Open Access Research Article

Peripheral Neuropathies Under New Combined Antiretroviral Therapy in HIV Infection at Fann National University Hospital: Electrophysiological Aspects and Risk Factors

Seck LB1*, Magnerou MA2, Ngom NF3, Sarr MM4, Diagne NS5, Fall M5, Basse AM5, Ndoye NF5 , Diop AM2, Toure K3, Seydi M5, Ndiaye M5, Diop AG5 and Ndiaye MM5

1Department of Medical Specialties, Gaston Berger University of Saint Louis, Senegal

2Department Internal Medecine, Gynecological obstetrics and pediatrics hospital of Douala, Cameroun

3Department Medical Specialties, Bambey University, Senegal

4Department Medical Specialties, Thies University, Senegal

5Department Medical Specialties, Cheikh Anta Diop University, Senegal

Corresponding Author

Received Date: November 11, 2019;  Published Date: November 20, 2019


Introduction: Peripheral neuropathies are frequent during HIV infection, sometimes du to antiretroviral treatment. We aimed to assess electrophysiological aspects of peripheral neuropathies occurring after initiation of new combined antiretroviral therapy, and their risk factors.

Patients and Methods: We conducted a longitudinal descriptive and analytical study in the Fann National University Hospital, recruiting patients with HIV, newly treated with new highly active antiretroviral therapy. We collected clinical, electroneuromyographical and biological data.

Results: Data of 37 patients were analyzed. Sex-ratio was of 0,68; mean age was 34,32 +/- 8,03 years, and the main age group 20-40 years. The most frequent treatment combination was tenofovir + emtricitabine + efavirenz. Clinical examination found sensory neuropathy in 3 patients. Electroneuromyography confirmed these 3 cases that were sensory axonal polyneuropathy and found one case of motor axonal mononeuropathy. We did not find any correlation between neuropathy and parameters we studied.

Keywords: Neuropathies; Combined; Antiretroviral; Therapy; HIV; Fann; Electrophysiological

Abbreviations: HIV: Human Immunodeficiency Virus; ART: Antiretroviral Therapy; Cart: Combined Antriretroviral Therapy; PN: Peripheral Neuropathy; PLHIV/AIDS: People Living with HIV and/or Acquired Immunodeficiency Syndrome; CTA: Centre De Traitement Ambulatoire; HIV1: Human Immunodeficiency Virus 1; HIV2: Human Immunodeficiency Virus 2; ENMG: Electroneuromyography; BPNS: Brief Peripheral Neuropathy Screen; MRC: Medical Research Council; WHO: World Health organization; IBM SPSS: International Business Machines Corporation Statistical Package for the Social Sciences; NRTI: Nucleosidic Reverse Transcriptase Inhibitor; PWHIV: People Living with Human Immunodeficiency Virus; Nnrtis: Non Nucleosidic Reverse Transcriptase Inhibitors; FTC: Emtricitabine; TDF: Tenofovir; EFV: Efavirenz; 3TC: Lamivudine; AZT: Zidovudine; PI: Protease Inhibitor; Lpv/R: Lopinavir/Ritonavir


The pandemic of human immunodeficiency virus (HIV) infection still remains a concern in Africa. Neurological disorders are the third complication of this infection, after digestive and dermatological ones [1]. Among these neurological complications, peripheral neuropathies are frequent [2], either due to the virus or to the neurotoxic side effects of some of the antiretroviral therapies (ART) [3]. The therapeutic management of patients infected by HIV has been greatly improved by new combined Antiretroviral Therapy (cART). However, many drugs have been recognized as responsible for the occurrence of toxic neuropathies in these patients [3,2,4].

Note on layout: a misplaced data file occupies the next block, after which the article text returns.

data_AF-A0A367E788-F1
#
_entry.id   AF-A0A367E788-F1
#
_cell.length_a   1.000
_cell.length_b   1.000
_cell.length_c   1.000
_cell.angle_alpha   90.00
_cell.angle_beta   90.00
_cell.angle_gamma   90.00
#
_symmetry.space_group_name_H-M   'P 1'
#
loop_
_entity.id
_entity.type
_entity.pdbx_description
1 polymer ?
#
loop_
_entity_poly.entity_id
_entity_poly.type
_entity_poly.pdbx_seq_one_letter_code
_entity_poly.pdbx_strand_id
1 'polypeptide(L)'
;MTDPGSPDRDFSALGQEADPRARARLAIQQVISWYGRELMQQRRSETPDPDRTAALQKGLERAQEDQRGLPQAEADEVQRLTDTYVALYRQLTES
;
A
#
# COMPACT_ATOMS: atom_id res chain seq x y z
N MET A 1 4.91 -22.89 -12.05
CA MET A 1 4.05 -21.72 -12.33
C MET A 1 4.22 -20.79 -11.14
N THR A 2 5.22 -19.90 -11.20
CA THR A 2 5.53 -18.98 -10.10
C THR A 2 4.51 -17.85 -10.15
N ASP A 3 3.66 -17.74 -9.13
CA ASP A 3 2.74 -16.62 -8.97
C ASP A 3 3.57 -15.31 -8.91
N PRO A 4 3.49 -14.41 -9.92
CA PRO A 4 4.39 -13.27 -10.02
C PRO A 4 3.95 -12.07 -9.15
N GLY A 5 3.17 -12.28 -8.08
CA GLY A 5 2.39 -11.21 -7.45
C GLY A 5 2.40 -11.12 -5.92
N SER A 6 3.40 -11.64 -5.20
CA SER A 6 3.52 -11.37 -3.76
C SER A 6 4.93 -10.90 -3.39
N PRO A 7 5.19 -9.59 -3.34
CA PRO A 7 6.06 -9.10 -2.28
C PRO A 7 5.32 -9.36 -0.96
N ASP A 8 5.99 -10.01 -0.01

The aim of this study was to determine the electrophysiological aspects of peripheral neuropathies (PN) and their promoting factors during initiation of cART in people living with HIV and/or acquired immunodeficiency syndrome (PLHIV/AIDS) in a hospital in Dakar.

Patients and Methods

We carried out a longitudinal analytic and prospective study between January 1st 2016 and july1st 2017, in Fan National Teaching Hospital in Dakar. It took place in two sites. On one hand, patients were recruited and benefited from clinical and biological examinations in the outpatient center for HIV/AIDS management, called «Centre de Traitement Ambulatoire = CTA), and where PLHIV/ AIDS are treated. On the other hand, the electroneuromyographic examinations were performed in the neurophysiological division of the neurological service. We included in this study, PLHIV1 or HIV2 or both, who were followed-up in the CTA, 18 years old at least, newly treated with cART and without any manifestation of PN before the intitiation of cART. We did not include those who did not consent to participate to the study, those who suffered from a disease that could provoque PN and those suffered from cognitive disorders.

We collected the following data from eligible patients: past medical history, data from physical examination, and from complementary examinations including electroneuromyography (ENMG) and biological tests. During clinical examination, we evaluated nervous system, muscle strength rating with the Brief Peripheral Neuropathy Screen (BPNS) that is used to make the clinical diagnosis of sensory PN [5]; the MRC (Medical Research Council, 1943) scale for motor deficit rating. ENMG consisted of the neurography of the following nerve trunks on both left and right sides: median, ulnar, peroneal, tibial, sural, musculocutaneous. In addition, some muscles were detected, according to the clinical context and the results of the nerves stimulations. Some biological tests were systematically realized during the follow-up, including HIV typing, viral load, CD4 rate, blood glucose, C viral hepatitis serology, kidneys and liver functions, cytomegalovirus serology. Additional second-line examinations were performed, regarding clinical context and etiological orientation.